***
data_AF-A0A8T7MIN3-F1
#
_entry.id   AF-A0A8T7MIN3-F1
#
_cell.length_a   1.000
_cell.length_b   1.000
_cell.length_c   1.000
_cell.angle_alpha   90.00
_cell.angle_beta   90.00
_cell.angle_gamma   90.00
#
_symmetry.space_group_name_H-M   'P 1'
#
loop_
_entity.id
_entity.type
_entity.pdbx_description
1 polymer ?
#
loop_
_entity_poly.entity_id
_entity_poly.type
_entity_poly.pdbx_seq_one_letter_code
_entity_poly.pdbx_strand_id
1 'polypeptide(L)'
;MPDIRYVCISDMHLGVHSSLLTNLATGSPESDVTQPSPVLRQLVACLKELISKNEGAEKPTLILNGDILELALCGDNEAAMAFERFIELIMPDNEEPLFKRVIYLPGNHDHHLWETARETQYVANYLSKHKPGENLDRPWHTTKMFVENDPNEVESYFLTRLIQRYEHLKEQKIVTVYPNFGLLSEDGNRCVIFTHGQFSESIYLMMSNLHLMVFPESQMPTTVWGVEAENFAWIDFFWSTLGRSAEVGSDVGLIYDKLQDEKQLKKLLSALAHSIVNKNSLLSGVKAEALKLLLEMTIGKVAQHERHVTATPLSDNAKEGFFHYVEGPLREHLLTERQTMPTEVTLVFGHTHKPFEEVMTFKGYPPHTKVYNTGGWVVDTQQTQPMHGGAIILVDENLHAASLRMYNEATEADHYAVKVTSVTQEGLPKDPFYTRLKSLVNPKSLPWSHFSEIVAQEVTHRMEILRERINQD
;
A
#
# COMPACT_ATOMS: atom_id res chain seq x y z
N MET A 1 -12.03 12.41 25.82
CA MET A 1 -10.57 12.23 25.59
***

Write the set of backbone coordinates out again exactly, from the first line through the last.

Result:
data_AF-A0A8T7MIN3-F1
#
_entry.id   AF-A0A8T7MIN3-F1
#
_cell.length_a   1.000
_cell.length_b   1.000
_cell.length_c   1.000
_cell.angle_alpha   90.00
_cell.angle_beta   90.00
_cell.angle_gamma   90.00
#
_symmetry.space_group_name_H-M   'P 1'
#
loop_
_entity.id
_entity.type
_entity.pdbx_description
1 polymer ?
#
loop_
_entity_poly.entity_id
_entity_poly.type
_entity_poly.pdbx_seq_one_letter_code
_entity_poly.pdbx_strand_id
1 'polypeptide(L)'
;MPDIRYVCISDMHLGVHSSLLTNLATGSPESDVTQPSPVLRQLVACLKELISKNEGAEKPTLILNGDILELALCGDNEAAMAFERFIELIMPDNEEPLFKRVIYLPGNHDHHLWETARETQYVANYLSKHKPGENLDRPWHTTKMFVENDPNEVESYFLTRLIQRYEHLKEQKIVTVYPNFGLLSEDGNRCVIFTHGQFSESIYLMMSNLHLMVFPESQMPTTVWGVEAENFAWIDFFWSTLGRSAEVGSDVGLIYDKLQDEKQLKKLLSALAHSIVNKNSLLSGVKAEALKLLLEMTIGKVAQHERHVTATPLSDNAKEGFFHYVEGPLREHLLTERQTMPTEVTLVFGHTHKPFEEVMTFKGYPPHTKVYNTGGWVVDTQQTQPMHGGAIILVDENLHAASLRMYNEATEADHYAVKVTSVTQEGLPKDPFYTRLKSLVNPKSLPWSHFSEIVAQEVTHRMEILRERINQD
;
A
#
# COMPACT_ATOMS: atom_id res chain seq x y z
N MET A 1 -12.03 12.41 25.82
CA MET A 1 -10.57 12.23 25.59